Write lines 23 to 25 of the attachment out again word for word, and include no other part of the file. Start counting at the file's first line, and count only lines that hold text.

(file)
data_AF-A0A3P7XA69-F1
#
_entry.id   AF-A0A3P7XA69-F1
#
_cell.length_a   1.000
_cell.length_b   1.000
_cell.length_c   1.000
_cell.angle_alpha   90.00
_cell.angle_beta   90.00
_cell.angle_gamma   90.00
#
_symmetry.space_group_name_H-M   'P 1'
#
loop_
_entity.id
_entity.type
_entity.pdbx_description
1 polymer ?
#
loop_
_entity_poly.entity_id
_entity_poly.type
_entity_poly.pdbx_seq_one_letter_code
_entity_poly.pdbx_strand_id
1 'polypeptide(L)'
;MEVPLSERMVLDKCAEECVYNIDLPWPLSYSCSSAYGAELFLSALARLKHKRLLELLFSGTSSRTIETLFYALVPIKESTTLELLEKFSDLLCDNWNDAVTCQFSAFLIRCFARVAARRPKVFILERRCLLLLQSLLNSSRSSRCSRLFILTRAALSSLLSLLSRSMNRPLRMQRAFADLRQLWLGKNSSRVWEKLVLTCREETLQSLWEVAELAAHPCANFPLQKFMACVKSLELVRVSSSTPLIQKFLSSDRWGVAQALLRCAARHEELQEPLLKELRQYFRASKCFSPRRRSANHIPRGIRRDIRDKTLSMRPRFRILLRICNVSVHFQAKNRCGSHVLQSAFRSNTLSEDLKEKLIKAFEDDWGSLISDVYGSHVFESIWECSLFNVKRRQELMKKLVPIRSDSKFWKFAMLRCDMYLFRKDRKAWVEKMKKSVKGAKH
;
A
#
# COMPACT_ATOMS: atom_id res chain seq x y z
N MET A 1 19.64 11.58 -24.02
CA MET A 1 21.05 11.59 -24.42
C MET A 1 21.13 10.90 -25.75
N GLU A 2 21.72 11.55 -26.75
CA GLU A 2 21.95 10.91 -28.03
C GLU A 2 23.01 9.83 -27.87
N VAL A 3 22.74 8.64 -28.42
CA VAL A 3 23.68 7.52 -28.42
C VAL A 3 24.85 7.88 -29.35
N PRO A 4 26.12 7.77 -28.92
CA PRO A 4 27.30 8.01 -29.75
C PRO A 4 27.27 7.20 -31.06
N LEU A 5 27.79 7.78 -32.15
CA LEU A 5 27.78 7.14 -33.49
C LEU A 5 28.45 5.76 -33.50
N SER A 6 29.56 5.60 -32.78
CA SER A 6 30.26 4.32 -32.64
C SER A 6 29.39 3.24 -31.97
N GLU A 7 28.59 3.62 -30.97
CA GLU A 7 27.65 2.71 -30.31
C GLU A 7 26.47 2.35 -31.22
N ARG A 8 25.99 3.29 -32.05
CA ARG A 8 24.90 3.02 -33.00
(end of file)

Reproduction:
_entity_poly.pdbx_seq_one_letter_code
_entity_poly.pdbx_strand_id
1 'polypeptide(L)'